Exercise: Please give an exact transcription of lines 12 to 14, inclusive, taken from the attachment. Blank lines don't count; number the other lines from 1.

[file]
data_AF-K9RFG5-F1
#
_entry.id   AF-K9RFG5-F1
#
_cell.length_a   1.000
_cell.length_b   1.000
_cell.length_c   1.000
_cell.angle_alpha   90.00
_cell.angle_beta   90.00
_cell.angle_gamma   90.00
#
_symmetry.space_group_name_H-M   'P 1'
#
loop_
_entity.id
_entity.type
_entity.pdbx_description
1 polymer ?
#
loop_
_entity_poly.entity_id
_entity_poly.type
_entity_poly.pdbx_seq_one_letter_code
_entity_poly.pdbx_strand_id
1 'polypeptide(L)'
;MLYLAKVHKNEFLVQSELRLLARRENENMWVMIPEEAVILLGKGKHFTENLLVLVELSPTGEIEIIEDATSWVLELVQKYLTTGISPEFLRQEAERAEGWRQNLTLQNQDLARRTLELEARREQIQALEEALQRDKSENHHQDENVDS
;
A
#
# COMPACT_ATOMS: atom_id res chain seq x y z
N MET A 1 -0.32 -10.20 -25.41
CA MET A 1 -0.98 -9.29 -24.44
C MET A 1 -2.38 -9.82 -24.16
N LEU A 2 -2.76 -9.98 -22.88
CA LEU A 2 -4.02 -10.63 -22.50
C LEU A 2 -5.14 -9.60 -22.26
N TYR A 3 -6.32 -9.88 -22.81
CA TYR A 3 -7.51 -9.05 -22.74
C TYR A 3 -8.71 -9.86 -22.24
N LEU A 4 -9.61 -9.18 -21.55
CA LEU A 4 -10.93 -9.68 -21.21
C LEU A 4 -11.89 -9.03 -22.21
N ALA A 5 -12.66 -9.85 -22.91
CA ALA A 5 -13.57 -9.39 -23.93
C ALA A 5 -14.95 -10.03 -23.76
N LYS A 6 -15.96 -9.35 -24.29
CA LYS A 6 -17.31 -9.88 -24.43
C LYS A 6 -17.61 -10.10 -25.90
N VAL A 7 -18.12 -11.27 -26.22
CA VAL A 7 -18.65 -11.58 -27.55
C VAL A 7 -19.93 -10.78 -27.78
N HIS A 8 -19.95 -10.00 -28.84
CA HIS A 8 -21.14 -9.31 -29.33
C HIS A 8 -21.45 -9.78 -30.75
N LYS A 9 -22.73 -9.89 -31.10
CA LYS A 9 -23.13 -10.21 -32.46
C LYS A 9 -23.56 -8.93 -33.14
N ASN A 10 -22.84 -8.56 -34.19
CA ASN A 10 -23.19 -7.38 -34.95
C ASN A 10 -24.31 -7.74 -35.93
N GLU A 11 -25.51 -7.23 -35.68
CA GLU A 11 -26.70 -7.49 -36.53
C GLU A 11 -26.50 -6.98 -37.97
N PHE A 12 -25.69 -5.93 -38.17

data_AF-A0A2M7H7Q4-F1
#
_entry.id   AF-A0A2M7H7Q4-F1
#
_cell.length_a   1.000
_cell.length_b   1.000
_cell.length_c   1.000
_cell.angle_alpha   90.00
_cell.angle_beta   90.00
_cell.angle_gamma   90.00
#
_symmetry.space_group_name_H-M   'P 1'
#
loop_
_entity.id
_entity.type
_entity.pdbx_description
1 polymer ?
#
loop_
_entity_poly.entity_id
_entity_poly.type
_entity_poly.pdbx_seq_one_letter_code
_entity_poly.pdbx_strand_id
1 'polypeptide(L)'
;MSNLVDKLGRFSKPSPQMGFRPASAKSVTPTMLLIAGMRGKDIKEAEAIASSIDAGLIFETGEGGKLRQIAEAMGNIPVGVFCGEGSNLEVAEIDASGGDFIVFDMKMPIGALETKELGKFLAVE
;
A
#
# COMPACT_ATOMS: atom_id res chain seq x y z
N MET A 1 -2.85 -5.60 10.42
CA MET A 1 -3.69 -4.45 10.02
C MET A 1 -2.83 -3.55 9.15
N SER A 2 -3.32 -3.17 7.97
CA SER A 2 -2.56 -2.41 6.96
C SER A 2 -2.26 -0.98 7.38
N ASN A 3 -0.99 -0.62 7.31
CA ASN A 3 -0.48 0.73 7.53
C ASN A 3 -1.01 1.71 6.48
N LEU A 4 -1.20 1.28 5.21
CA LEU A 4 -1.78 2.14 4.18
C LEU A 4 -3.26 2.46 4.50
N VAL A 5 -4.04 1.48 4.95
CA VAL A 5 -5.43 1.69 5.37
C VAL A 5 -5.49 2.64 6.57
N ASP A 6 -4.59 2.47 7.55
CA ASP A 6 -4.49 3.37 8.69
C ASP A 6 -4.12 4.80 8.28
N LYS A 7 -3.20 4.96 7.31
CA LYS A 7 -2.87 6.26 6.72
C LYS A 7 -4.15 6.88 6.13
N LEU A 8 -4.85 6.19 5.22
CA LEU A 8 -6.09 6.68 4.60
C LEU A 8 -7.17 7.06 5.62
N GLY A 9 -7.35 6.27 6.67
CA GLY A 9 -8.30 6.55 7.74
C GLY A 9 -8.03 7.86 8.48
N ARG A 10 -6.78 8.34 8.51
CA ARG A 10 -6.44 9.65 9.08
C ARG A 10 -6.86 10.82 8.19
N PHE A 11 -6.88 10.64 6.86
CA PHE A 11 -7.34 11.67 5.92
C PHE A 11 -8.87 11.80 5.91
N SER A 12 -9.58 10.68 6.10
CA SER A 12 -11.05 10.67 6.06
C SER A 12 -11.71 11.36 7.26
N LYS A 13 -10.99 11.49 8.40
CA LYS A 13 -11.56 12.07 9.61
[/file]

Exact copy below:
_symmetry.space_group_name_H-M   'P 1'
#
loop_